Will President Trump cave in and end the DACA program? If he does, Dreamers will be an easy target for DHS to deport since the government has each of their addresses. On July 21, the Attorney Generals of 20 states signed a letter to President Trump urging him to keep DACA in place. But even if the President does so, DACA may eventually be struck down by the Supreme Court.
There are some limited options for certain DACA recipients to apply for green cards before the program is rescinded or struck down by the Supreme Court a couple of years from now.
But for the majority of DACA recipients, the best post-DACA plan of action may be to change their addresses.
And is it possible that Congress would pass a law to protect the Dreamers? On July 20, a bipartisan group of 4 senators introduced a law creating a path to US citizenship for Dreamers. However, getting the bill passed by the Senate and the House and signed into law will be a huge struggle.
It’s time to contact your Members of Congress to urge them to pass the DREAM Act of 2017.
2. Ask Mr. Shusterman: New I-9 Form Issued by the USCISOn July 17, the USCIS issued a revised edition of form I-9, Employment Eligibility Verification. Employees may continue to use the older version of the form dated November 14, 2016. However, starting on September 18, 2017, use of the updated form becomes mandatory.
While form I-9 is short, the USCIS instructions are 15 pages long. It’s Handbook for Employers is 60+ pages. USCIS’s I-9 Central page provides excellent information, but employers could spend many hours or even days reading about how to complete the form, avoiding fines and preventing discrimination based on nationality and/or immigration status.
Fortune 500 corporations may have sufficient resources to digest this mass of information and comply with decades of increasingly complex governmental rules and regulations regarding I-9 forms. However, as I informed our corporate clients several years ago, Wal-Mart paid an $11 million fine in order to avoid criminal penalties and several other employers paid fines of $1 million or more. And more recently, I-9 and anti-discrimination fines have increased dramatically.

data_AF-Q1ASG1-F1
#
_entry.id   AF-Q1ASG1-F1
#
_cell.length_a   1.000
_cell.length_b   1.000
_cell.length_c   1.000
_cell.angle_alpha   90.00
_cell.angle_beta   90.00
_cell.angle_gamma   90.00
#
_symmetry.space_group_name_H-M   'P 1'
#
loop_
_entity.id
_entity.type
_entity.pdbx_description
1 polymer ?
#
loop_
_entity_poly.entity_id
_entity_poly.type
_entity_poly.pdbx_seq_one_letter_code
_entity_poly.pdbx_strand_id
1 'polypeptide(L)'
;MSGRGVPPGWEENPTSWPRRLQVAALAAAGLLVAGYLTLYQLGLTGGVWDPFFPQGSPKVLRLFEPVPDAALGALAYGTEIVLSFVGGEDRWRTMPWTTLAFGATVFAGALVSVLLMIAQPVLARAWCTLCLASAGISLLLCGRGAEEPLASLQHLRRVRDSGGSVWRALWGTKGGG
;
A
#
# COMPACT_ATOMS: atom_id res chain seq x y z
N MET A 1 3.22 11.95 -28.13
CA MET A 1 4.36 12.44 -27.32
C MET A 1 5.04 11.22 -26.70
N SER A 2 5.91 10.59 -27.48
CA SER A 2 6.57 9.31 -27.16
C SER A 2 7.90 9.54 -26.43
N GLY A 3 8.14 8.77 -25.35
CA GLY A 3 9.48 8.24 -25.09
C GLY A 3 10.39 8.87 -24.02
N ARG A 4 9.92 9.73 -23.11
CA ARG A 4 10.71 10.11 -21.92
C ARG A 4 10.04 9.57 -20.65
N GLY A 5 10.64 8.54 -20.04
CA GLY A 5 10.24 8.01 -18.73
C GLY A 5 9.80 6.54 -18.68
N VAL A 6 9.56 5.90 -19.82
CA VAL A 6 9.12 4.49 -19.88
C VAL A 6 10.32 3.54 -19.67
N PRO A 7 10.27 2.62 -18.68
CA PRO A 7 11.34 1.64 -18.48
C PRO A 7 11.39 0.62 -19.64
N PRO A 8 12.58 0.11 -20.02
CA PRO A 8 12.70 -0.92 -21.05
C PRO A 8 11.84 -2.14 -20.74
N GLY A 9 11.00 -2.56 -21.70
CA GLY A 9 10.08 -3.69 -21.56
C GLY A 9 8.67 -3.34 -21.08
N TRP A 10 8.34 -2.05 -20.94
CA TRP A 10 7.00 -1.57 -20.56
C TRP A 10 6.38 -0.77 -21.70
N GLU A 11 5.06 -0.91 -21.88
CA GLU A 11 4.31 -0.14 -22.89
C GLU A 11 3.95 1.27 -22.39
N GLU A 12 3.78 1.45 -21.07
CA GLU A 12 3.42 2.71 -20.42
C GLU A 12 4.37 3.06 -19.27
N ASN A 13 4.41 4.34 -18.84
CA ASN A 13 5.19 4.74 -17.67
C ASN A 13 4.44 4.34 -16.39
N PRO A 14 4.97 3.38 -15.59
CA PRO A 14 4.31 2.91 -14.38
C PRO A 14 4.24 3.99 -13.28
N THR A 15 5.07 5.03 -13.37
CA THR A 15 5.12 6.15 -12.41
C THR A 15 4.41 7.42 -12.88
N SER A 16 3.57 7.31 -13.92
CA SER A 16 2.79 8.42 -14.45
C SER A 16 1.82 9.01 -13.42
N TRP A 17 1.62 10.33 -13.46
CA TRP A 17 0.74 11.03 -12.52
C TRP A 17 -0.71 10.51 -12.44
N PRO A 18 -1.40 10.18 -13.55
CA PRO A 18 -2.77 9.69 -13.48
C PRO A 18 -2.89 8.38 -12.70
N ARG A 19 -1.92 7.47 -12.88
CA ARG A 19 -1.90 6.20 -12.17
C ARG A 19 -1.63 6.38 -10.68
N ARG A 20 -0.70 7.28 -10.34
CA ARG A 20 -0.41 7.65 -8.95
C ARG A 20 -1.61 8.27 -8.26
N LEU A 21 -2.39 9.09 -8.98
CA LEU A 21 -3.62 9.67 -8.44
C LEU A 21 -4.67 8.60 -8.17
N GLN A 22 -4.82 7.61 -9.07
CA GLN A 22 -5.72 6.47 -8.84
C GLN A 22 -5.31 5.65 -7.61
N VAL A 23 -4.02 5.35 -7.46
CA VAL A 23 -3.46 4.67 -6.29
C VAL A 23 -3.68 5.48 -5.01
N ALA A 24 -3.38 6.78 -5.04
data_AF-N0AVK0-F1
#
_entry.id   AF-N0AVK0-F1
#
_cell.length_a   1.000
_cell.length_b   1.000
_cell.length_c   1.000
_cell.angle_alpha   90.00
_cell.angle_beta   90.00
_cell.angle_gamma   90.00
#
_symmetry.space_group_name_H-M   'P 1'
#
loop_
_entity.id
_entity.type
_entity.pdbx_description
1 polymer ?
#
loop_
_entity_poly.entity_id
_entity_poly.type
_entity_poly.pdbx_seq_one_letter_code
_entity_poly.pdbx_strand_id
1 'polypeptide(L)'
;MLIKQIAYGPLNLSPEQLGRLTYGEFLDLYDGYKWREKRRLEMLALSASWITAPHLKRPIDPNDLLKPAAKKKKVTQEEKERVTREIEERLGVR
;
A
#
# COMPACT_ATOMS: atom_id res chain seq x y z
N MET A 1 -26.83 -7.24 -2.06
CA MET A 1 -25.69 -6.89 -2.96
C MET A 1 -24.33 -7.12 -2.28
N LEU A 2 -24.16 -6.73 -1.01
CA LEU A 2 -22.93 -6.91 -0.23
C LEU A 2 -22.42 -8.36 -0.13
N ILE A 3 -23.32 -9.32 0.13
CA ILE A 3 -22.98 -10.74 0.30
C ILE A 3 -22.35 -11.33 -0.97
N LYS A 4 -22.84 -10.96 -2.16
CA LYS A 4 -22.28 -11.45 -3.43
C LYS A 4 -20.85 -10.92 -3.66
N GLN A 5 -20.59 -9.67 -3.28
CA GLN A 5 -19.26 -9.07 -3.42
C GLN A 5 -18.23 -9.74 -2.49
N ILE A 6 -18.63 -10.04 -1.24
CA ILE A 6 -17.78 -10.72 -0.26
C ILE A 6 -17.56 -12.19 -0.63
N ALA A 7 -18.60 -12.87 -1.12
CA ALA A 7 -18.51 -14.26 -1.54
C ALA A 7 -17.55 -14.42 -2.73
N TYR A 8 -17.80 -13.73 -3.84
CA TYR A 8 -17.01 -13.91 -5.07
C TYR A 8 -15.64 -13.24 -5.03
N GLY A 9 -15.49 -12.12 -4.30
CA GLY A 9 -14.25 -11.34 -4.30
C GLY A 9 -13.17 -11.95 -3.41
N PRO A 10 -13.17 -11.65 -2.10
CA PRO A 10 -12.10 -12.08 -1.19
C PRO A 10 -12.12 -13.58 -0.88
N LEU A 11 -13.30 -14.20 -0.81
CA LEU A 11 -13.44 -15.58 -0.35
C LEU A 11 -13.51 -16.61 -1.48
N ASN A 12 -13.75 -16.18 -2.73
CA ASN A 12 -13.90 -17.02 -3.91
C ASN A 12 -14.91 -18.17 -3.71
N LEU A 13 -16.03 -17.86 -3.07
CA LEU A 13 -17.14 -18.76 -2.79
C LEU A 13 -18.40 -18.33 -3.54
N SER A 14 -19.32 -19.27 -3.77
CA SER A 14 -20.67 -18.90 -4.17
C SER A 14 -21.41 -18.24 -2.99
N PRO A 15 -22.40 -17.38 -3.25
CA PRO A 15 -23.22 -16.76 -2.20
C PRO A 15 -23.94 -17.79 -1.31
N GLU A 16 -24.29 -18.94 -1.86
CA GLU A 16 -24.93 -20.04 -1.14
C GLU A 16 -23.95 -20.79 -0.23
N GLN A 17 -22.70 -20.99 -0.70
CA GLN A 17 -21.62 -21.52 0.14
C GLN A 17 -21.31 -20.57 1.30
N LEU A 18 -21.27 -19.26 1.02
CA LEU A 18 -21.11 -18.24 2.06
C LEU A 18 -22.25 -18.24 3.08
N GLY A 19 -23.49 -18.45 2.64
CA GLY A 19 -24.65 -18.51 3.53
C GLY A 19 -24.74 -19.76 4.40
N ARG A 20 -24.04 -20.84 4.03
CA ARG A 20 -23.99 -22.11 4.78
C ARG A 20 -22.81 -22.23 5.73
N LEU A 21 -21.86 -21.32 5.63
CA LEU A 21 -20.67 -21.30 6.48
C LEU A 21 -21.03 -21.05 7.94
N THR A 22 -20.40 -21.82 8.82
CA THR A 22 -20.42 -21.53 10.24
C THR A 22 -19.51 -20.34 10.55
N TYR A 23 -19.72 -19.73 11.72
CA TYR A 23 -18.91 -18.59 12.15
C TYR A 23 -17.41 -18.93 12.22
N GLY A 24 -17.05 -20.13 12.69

As time goes by, the process of remaining compliant with I-9 rules becomes more complex. Consider the following:
In December 2016, the government promulgated a 366-page regulation which, among other things, relieved the USCIS of its obligation to process applications for Employment Authorization Documents (EADs) within 90 days. Instead, the government shifted the burden to employers.
If an individual made a timely application to extend his EAD, the USCIS would grant an automatic 180-day extension of his EAD, and his employer would have to update the person’s I-9. However, this is true for 15 categories of EADs. Persons who qualify for EAD extensions under any of these 15 categories are protected and employers may continue to employ them. However, this same protection does not extend to individuals who timely apply to extend their EADs in one of more than 15 categories not covered by the rule.
Therefore, it is incumbent upon employers to properly differentiate between individuals in one of these categories and individuals which are not. A simple mistake may lead to a significant fine.
Is it reasonable to expect that human resources managers will know each of the 15 protected categories? Of course not. Neither do immigration attorneys or government officials. Can they look up the categories? Of course, but this is but one of many complex components of I-9 compliance.